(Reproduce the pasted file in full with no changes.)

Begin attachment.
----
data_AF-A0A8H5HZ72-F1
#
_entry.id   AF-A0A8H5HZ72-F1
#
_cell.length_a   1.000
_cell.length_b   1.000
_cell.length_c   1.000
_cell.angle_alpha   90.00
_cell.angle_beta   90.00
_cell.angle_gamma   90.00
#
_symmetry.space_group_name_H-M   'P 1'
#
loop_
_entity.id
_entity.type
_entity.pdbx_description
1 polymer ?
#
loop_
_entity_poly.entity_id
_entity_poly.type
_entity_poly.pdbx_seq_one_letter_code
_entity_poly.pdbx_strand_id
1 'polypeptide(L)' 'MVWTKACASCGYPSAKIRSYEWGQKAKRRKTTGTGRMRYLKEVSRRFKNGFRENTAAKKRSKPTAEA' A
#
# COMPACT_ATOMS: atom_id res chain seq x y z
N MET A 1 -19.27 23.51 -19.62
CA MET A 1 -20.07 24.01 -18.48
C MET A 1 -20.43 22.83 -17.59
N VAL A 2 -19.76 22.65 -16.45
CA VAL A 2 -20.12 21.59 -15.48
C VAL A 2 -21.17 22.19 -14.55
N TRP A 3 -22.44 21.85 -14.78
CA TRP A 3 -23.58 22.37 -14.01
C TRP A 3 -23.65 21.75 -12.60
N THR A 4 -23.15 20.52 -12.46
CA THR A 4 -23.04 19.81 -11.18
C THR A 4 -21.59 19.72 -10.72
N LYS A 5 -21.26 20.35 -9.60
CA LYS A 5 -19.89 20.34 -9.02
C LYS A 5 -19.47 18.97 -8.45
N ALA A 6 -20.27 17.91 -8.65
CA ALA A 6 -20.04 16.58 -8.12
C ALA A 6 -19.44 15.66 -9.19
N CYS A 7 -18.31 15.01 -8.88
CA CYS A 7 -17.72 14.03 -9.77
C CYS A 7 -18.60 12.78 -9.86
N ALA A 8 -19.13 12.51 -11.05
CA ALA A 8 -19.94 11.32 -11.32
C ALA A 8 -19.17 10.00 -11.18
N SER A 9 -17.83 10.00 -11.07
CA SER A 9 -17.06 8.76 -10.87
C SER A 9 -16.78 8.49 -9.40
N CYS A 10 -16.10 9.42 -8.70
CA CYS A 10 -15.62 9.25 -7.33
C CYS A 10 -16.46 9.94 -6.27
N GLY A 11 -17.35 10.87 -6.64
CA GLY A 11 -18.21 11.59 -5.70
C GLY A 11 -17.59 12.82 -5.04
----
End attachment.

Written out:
data_AF-A0A8H5HZ72-F1
#
_entry.id   AF-A0A8H5HZ72-F1
#
_cell.length_a   1.000
_cell.length_b   1.000
_cell.length_c   1.000
_cell.angle_alpha   90.00
_cell.angle_beta   90.00
_cell.angle_gamma   90.00
#
_symmetry.space_group_name_H-M   'P 1'
#
loop_
_entity.id
_entity.type
_entity.pdbx_description
1 polymer ?
#
loop_
_entity_poly.entity_id
_entity_poly.type
_entity_poly.pdbx_seq_one_letter_code
_entity_poly.pdbx_strand_id
1 'polypeptide(L)' 'MVWTKACASCGYPSAKIRSYEWGQKAKRRKTTGTGRMRYLKEVSRRFKNGFRENTAAKKRSKPTAEA' A
#
# COMPACT_ATOMS: atom_id res chain seq x y z
N MET A 1 -19.27 23.51 -19.62
CA MET A 1 -20.07 24.01 -18.48
C MET A 1 -20.43 22.83 -17.59
N VAL A 2 -19.76 22.65 -16.45
CA VAL A 2 -20.12 21.59 -15.48
C VAL A 2 -21.17 22.19 -14.55
N TRP A 3 -22.44 21.85 -14.78
CA TRP A 3 -23.58 22.37 -14.01
C TRP A 3 -23.65 21.75 -12.60
N THR A 4 -23.15 20.52 -12.46
CA THR A 4 -23.04 19.81 -11.18
C THR A 4 -21.59 19.72 -10.72
N LYS A 5 -21.26 20.35 -9.60
CA LYS A 5 -19.89 20.34 -9.02
C LYS A 5 -19.47 18.97 -8.45
N ALA A 6 -20.27 17.91 -8.65
CA ALA A 6 -20.04 16.58 -8.12
C ALA A 6 -19.44 15.66 -9.19
N CYS A 7 -18.31 15.01 -8.88
CA CYS A 7 -17.72 14.03 -9.77
C CYS A 7 -18.60 12.78 -9.86
N ALA A 8 -19.13 12.51 -11.05
CA ALA A 8 -19.94 11.32 -11.32
C ALA A 8 -19.17 10.00 -11.18
N SER A 9 -17.83 10.00 -11.07
CA SER A 9 -17.06 8.76 -10.87
C SER A 9 -16.78 8.49 -9.40
N CYS A 10 -16.10 9.42 -8.70
CA CYS A 10 -15.62 9.25 -7.33
C CYS A 10 -16.46 9.94 -6.27
N GLY A 11 -17.35 10.87 -6.64
CA GLY A 11 -18.21 11.59 -5.70
C GLY A 11 -17.59 12.82 -5.04